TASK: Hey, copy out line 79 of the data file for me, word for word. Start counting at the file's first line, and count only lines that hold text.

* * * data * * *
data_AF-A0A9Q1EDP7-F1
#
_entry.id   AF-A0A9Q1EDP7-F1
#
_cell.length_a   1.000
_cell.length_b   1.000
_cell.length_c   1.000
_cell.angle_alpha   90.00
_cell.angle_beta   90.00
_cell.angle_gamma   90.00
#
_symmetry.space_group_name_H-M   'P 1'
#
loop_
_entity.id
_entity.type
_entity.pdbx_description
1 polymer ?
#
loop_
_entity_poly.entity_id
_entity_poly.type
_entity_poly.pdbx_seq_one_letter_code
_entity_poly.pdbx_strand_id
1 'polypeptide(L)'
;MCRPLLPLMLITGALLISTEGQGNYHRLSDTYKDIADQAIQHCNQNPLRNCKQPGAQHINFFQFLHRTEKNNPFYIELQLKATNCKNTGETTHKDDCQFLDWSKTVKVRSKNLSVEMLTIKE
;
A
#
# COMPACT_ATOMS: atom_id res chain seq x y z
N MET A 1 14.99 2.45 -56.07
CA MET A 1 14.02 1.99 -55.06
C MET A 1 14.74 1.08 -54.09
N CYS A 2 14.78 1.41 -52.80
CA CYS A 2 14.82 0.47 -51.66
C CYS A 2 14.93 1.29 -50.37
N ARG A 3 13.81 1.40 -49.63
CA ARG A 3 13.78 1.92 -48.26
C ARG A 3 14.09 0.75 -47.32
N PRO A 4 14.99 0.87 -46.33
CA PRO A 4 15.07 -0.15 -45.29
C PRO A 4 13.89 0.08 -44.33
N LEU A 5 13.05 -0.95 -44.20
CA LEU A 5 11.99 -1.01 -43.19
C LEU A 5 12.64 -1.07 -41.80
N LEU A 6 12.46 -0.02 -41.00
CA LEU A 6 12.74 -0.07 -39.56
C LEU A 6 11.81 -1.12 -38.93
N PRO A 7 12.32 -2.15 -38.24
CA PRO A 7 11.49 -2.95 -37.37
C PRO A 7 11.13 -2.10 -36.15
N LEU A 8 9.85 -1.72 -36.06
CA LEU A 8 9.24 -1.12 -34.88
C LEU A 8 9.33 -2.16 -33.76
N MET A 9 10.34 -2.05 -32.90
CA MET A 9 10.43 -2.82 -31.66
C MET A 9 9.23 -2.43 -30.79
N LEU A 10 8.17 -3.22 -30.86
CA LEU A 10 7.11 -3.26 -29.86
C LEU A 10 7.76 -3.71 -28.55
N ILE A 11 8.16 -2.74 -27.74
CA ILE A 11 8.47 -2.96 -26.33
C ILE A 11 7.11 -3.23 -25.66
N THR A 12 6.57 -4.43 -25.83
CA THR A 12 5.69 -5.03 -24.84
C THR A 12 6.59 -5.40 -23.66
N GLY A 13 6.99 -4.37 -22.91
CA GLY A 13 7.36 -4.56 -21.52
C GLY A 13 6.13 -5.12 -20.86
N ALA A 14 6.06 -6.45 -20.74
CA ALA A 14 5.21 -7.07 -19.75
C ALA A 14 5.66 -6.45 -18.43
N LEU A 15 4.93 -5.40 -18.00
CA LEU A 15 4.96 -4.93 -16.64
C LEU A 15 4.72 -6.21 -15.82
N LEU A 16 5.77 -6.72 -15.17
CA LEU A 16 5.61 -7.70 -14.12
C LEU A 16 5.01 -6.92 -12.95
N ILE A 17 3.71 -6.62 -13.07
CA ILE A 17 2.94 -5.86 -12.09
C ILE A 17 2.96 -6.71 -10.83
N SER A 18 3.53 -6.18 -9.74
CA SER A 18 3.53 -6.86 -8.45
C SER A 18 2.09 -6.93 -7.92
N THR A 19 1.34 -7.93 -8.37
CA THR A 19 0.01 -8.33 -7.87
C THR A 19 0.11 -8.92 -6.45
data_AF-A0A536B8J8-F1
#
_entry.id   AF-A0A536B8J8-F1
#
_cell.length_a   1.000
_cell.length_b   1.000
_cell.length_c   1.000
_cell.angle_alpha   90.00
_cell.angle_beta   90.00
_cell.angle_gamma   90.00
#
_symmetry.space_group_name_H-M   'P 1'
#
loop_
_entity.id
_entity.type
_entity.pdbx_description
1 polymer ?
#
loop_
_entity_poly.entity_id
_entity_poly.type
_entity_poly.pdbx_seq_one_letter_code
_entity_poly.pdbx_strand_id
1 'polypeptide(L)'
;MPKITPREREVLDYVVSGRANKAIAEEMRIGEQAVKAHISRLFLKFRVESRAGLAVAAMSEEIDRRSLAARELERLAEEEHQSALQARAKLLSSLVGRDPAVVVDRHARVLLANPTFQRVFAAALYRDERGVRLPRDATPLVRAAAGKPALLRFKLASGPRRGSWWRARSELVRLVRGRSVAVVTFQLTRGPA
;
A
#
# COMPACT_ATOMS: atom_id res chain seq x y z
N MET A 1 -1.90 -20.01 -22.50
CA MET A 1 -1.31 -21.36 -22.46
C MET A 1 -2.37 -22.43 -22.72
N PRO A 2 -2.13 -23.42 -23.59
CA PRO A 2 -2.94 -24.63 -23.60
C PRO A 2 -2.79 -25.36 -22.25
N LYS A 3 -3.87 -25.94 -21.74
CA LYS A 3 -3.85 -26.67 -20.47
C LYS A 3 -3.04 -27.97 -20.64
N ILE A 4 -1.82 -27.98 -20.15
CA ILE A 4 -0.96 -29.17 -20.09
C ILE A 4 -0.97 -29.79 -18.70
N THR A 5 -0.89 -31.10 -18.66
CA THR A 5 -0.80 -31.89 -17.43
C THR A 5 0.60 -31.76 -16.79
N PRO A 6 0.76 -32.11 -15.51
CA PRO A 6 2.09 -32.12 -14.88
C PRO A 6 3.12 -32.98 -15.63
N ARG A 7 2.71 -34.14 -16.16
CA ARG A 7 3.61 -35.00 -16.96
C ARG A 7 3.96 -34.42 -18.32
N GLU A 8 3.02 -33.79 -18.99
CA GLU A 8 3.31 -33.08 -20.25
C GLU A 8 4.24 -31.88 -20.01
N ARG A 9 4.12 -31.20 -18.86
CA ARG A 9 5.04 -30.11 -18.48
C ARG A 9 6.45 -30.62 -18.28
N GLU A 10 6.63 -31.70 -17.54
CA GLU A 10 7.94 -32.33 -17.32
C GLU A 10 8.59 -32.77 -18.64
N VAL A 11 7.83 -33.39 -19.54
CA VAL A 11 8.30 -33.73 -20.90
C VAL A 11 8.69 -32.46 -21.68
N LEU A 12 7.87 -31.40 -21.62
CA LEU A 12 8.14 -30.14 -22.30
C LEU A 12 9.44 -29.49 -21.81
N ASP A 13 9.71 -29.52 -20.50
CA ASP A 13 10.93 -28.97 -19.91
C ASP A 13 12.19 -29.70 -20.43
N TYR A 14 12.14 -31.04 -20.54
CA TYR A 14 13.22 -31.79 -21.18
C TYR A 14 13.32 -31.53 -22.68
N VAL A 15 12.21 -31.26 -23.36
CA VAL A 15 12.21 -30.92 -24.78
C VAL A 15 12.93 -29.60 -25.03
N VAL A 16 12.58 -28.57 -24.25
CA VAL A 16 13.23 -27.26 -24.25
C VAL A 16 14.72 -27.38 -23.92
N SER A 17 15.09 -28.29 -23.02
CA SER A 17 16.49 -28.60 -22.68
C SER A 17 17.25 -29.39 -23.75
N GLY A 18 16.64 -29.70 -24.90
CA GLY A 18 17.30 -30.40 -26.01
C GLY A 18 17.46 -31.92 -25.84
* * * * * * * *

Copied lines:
N ILE A 17 3.71 -6.62 -13.07